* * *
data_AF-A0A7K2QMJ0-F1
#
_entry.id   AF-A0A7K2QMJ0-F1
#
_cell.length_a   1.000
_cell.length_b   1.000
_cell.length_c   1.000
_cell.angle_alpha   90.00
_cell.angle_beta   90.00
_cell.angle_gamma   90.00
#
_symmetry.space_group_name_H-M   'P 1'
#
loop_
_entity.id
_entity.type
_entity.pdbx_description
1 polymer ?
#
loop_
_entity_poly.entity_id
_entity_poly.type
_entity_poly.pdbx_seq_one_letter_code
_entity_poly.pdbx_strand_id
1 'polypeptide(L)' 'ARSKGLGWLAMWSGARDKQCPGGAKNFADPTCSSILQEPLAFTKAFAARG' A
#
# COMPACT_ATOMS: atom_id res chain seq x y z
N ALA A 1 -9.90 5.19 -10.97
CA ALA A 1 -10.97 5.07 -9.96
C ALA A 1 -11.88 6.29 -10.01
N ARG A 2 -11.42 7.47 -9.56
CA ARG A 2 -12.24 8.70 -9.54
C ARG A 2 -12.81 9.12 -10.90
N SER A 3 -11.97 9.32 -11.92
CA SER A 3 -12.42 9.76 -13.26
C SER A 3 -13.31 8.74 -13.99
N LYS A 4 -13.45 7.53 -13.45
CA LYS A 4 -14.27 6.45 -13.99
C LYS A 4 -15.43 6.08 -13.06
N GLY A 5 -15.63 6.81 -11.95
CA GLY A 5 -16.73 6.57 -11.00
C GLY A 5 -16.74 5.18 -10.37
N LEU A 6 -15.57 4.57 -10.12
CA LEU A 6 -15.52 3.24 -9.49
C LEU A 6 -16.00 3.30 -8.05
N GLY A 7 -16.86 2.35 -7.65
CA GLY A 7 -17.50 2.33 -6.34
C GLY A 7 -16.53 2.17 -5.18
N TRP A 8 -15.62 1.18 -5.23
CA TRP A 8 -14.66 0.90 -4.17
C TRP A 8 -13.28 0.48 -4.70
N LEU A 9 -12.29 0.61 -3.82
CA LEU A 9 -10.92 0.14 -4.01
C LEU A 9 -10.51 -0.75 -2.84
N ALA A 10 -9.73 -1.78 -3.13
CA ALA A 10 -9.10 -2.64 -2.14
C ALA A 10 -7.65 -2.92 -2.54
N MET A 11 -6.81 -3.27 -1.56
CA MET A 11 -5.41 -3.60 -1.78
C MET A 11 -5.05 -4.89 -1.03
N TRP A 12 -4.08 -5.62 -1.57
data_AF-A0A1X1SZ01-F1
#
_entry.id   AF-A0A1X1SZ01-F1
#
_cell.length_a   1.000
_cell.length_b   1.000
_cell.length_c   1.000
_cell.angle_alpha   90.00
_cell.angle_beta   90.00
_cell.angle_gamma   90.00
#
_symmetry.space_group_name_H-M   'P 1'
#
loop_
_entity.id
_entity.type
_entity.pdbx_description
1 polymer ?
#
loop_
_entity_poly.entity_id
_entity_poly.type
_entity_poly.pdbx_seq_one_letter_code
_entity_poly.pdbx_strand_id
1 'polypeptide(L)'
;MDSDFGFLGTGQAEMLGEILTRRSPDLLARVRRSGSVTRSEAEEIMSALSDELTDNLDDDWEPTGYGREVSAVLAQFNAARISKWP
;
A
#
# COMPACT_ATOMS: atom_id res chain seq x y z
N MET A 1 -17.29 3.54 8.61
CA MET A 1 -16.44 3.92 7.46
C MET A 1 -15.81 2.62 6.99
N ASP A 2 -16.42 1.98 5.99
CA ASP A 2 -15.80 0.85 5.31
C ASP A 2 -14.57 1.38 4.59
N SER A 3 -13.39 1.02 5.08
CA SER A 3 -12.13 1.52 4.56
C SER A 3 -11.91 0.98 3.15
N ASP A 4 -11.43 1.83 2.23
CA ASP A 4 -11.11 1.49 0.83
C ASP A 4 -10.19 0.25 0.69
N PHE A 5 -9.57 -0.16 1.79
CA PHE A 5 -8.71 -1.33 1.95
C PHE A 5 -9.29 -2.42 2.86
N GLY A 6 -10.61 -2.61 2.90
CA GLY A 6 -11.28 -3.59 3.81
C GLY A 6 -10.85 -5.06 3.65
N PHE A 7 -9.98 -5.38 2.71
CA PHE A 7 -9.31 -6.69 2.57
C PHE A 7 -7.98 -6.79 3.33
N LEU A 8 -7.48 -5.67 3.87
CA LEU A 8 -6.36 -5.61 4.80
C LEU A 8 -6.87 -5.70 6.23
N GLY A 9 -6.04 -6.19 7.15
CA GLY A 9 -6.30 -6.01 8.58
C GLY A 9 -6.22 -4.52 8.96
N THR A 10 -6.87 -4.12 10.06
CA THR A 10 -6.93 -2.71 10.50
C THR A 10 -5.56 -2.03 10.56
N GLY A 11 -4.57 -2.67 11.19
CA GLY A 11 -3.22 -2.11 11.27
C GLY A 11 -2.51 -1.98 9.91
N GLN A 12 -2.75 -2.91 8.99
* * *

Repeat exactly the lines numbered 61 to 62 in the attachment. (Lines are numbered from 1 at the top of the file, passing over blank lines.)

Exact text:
N TRP A 12 -4.08 -5.62 -1.57
data_AF-A0A1X1SZ01-F1